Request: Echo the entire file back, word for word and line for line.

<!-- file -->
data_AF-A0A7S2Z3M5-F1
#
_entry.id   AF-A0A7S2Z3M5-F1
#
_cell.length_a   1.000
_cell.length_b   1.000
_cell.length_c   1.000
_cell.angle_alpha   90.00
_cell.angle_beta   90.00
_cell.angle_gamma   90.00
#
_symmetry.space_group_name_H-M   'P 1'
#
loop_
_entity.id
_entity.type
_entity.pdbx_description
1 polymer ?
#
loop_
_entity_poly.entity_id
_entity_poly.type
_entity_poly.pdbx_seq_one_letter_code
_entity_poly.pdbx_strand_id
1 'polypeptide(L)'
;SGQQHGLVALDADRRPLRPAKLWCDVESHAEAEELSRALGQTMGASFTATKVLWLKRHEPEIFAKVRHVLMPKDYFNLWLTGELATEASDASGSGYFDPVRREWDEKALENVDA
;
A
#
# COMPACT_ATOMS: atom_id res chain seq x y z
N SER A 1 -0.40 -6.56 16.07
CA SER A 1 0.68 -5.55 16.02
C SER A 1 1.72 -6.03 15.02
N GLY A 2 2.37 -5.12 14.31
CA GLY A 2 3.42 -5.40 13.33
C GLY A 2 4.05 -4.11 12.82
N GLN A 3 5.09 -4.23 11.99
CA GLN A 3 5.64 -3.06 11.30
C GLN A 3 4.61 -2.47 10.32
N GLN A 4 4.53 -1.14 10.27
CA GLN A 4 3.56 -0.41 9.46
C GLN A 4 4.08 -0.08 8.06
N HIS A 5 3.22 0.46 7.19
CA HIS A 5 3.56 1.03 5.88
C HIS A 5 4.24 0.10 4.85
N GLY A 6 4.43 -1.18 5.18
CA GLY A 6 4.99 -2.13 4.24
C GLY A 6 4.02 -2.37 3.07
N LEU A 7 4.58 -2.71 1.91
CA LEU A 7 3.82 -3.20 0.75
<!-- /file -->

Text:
data_AF-A0A7S2Z3M5-F1
#
_entry.id   AF-A0A7S2Z3M5-F1
#
_cell.length_a   1.000
_cell.length_b   1.000
_cell.length_c   1.000
_cell.angle_alpha   90.00
_cell.angle_beta   90.00
_cell.angle_gamma   90.00
#
_symmetry.space_group_name_H-M   'P 1'
#
loop_
_entity.id
_entity.type
_entity.pdbx_description
1 polymer ?
#
loop_
_entity_poly.entity_id
_entity_poly.type
_entity_poly.pdbx_seq_one_letter_code
_entity_poly.pdbx_strand_id
1 'polypeptide(L)'
;SGQQHGLVALDADRRPLRPAKLWCDVESHAEAEELSRALGQTMGASFTATKVLWLKRHEPEIFAKVRHVLMPKDYFNLWLTGELATEASDASGSGYFDPVRREWDEKALENVDA
;
A
#
# COMPACT_ATOMS: atom_id res chain seq x y z
N SER A 1 -0.40 -6.56 16.07
CA SER A 1 0.68 -5.55 16.02
C SER A 1 1.72 -6.03 15.02
N GLY A 2 2.37 -5.12 14.31
CA GLY A 2 3.42 -5.40 13.33
C GLY A 2 4.05 -4.11 12.82
N GLN A 3 5.09 -4.23 11.99
CA GLN A 3 5.64 -3.06 11.30
C GLN A 3 4.61 -2.47 10.32
N GLN A 4 4.53 -1.14 10.27
CA GLN A 4 3.56 -0.41 9.46
C GLN A 4 4.08 -0.08 8.06
N HIS A 5 3.22 0.46 7.19
CA HIS A 5 3.56 1.03 5.88
C HIS A 5 4.24 0.10 4.85
N GLY A 6 4.43 -1.18 5.18
CA GLY A 6 4.99 -2.13 4.24
C GLY A 6 4.02 -2.37 3.07
N LEU A 7 4.58 -2.71 1.91
CA LEU A 7 3.82 -3.20 0.75